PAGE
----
The Mesothelioma Cancer Alliance would like to thank Lana Barhum for sharing her story about her brother Moe’s battle against peritoneal mesothelioma as December’s Advocate of the Month. Getting news of a mesothelioma diagnosis is shocking, but not knowing where and when Moe’s exposure to asbestos occurred makes the diagnosis even tougher to take. Please read Lana’s story and help her support organizations that support asbestos victims!
Entering my brother’s hospital room two days before Thanksgiving 2010, I couldn’t have predicted that this day would be the last day I would hear my brother speak or see him moving about. I knew that when his doctors spoke the words “peritoneal mesothelioma” that the chances of him going into remission were small. Those words were now distressing my family and breaking my mother’s heart. I had heard those words before but in the past, they seemed to be meant for someone else and not my younger brother.
My brother Moe was only 31 years old when he was tragically taken away from us on December 20, 2010. His life ended before he really had an opportunity to truly enjoy it. He had not yet gotten an opportunity to marry a soul mate or have children. His life ended because of someone else’s disregard for life. My mother lives every parent’s worst nightmare because she outlived her child. My siblings and I lost our brother and our friend and his nephews and nieces lost their uncle.
My brother never worked in an asbestos-related industry. How he was exposed to asbestos is mystery and the only way he would have developed the disease is by being exposed. Moe never had the opportunity to find out that his cancer was caused by asbestos fibers invading his body and that this cancer that was 100% preventable but once person is exposed to asbestos, there is no way to counteract their developing the disease.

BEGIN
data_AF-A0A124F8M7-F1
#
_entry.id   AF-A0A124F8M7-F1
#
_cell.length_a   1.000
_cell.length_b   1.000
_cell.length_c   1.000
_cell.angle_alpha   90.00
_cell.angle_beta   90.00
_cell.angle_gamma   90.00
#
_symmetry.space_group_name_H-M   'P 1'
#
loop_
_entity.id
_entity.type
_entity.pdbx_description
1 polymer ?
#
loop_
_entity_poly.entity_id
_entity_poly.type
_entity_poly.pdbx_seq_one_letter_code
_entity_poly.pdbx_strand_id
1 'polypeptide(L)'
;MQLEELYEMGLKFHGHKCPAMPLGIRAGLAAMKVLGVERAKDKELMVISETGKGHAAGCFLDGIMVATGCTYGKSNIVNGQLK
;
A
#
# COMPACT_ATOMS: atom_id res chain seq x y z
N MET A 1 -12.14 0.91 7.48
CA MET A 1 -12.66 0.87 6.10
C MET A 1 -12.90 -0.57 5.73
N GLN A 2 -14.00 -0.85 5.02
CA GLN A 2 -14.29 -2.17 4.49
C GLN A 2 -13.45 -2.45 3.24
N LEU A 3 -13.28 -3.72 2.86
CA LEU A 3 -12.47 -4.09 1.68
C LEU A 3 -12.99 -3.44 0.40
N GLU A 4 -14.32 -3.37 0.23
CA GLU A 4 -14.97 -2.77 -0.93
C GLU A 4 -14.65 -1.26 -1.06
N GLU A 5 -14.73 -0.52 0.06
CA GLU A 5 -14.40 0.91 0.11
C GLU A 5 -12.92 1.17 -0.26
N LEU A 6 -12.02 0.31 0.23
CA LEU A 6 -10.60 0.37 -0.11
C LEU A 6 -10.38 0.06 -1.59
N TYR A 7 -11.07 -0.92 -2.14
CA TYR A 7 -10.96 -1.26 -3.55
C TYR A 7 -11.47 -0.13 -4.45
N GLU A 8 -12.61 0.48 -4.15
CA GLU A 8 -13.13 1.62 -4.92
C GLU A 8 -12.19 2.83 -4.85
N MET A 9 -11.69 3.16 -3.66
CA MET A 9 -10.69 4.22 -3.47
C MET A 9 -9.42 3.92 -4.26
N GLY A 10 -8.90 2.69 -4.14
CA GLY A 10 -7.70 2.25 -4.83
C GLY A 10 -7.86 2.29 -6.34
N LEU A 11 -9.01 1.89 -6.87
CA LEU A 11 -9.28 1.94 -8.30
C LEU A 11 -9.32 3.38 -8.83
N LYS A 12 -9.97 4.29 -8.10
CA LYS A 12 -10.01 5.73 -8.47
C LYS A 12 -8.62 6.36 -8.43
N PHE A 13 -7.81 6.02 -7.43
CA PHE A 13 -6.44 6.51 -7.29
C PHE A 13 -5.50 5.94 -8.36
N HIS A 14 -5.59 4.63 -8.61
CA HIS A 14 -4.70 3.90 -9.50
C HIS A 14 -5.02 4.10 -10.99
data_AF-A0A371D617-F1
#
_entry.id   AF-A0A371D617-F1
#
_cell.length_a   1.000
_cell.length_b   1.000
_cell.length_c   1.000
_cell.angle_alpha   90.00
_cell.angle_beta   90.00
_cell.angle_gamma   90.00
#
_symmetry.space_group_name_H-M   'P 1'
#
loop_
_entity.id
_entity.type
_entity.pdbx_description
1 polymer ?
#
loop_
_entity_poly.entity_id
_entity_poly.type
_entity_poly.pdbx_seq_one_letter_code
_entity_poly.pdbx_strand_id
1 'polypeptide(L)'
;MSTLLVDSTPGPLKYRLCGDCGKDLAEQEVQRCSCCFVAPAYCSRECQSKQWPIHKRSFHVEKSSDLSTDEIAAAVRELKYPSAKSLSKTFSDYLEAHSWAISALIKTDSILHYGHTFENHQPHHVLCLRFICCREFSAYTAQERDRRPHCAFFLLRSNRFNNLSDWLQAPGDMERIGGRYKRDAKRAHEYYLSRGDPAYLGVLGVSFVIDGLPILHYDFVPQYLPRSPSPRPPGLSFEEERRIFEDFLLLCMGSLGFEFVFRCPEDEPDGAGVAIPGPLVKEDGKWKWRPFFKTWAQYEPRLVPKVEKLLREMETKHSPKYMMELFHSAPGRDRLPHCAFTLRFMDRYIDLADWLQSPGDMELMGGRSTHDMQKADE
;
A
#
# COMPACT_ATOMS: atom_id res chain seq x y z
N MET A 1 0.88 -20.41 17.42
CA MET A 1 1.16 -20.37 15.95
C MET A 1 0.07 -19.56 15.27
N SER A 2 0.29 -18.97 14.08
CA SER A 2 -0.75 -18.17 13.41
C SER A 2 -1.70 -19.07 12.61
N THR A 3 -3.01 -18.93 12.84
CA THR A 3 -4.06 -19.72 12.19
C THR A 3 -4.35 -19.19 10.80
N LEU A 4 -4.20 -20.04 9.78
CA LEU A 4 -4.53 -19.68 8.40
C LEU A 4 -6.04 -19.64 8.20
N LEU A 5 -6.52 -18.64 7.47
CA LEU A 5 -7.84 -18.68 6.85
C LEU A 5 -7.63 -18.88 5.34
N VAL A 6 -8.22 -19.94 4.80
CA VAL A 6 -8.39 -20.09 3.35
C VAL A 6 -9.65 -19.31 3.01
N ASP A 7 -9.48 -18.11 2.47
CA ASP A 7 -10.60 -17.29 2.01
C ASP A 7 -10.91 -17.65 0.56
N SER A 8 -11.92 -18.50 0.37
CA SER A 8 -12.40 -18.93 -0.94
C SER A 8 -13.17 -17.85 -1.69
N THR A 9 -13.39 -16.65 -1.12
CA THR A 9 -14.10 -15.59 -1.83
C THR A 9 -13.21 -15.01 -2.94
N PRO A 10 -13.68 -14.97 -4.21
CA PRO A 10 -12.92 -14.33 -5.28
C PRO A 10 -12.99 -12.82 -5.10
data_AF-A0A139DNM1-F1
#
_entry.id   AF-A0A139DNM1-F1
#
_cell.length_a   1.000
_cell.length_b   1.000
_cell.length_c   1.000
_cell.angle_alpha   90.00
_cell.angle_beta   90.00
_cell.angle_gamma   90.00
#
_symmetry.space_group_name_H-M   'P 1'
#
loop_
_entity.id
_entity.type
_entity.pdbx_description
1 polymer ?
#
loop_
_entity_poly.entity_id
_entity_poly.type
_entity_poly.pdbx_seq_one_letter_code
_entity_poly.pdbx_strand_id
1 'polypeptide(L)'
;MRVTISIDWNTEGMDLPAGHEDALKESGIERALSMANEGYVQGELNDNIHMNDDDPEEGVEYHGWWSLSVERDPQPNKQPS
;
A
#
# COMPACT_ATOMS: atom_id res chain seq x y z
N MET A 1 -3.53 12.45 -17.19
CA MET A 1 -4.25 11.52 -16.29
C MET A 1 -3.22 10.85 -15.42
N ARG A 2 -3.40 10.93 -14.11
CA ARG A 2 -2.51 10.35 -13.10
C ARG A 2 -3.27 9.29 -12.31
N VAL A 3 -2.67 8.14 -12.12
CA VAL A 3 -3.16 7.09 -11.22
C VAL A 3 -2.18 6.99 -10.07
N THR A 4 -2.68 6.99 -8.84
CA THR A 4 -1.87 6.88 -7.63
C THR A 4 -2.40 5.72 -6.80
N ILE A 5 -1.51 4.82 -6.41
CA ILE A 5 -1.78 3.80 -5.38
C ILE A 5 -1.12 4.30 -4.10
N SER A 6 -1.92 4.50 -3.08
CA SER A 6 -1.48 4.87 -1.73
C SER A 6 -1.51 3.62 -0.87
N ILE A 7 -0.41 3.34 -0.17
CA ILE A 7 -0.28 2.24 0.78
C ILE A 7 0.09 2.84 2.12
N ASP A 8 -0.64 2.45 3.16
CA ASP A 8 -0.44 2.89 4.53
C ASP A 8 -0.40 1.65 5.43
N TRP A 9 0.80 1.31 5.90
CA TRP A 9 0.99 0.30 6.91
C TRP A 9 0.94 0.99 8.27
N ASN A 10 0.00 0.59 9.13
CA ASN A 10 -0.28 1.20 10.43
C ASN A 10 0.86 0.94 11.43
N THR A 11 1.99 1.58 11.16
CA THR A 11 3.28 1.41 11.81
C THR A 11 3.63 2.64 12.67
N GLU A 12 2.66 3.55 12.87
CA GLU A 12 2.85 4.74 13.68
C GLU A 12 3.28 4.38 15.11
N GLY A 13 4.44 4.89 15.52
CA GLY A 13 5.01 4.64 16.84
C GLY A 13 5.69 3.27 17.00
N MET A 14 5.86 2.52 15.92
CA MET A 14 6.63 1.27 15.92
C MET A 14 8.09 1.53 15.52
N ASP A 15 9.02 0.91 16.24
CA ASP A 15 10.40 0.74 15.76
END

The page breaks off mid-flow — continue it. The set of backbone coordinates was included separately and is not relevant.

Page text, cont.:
Peritoneal mesothelioma are two words no family should ever have to hear. It is one heck of a terrifying and debilitating disease and my family saw that first hand. When my brother was diagnosed, he was told that the odds were against him. Cytoreductive surgery and Hyperthermic Intraperitoneal Chemotherapy were the only options given to us. That surgery was scheduled the day before Thanksgiving 2010 and Moe never recovered from that nine hour long surgical procedure.
In just a few short months, the symptoms had come on and when doctors finally figured it out why, my brother’s chances of going into remission were slim. The doctors told us that Moe had six months to live but they believed the surgery would give us more time with him. He survived the surgery but his body’s vital systems started to shut down and we watched him suffer and deteriorate away. Six weeks later, Moe was gone and there was deep sadness and emptiness in our hearts.
You can never truly come to terms with watching a loved one suffer as my brother did. The emptiness we continue to feel is immeasurable. To the big corporations that have and continue to expose people to asbestos, my brother was a mere statistic and so are the millions who have developed the disease and those who have died as a result. What those corporations don’t seem to care about is that that young man who was taken was my little brother and he was a very important part of my life and, now, I don’t have a present or future with him. I don’t get to see him marry, I don’t get to be an aunt to his children, and he does not get to watch his nephews grow up. All because of the two words that no family should ever have to hear – peritoneal mesothelioma.
Nothing can bring my brother or the countless others who have died from asbestos cancers back. However, there are some great organizations out there giving asbestos victims and their families a voice through raising public awareness about the dangers of asbestos and working towards banning it in the United States and worldwide. Please support organizations like the Asbestos Disease Awareness Organization, The Meso Foundation, and the Mesothelioma Cancer Alliance in order to continue to spread public awareness and support legislation that protects victims and puts a ban on asbestos use.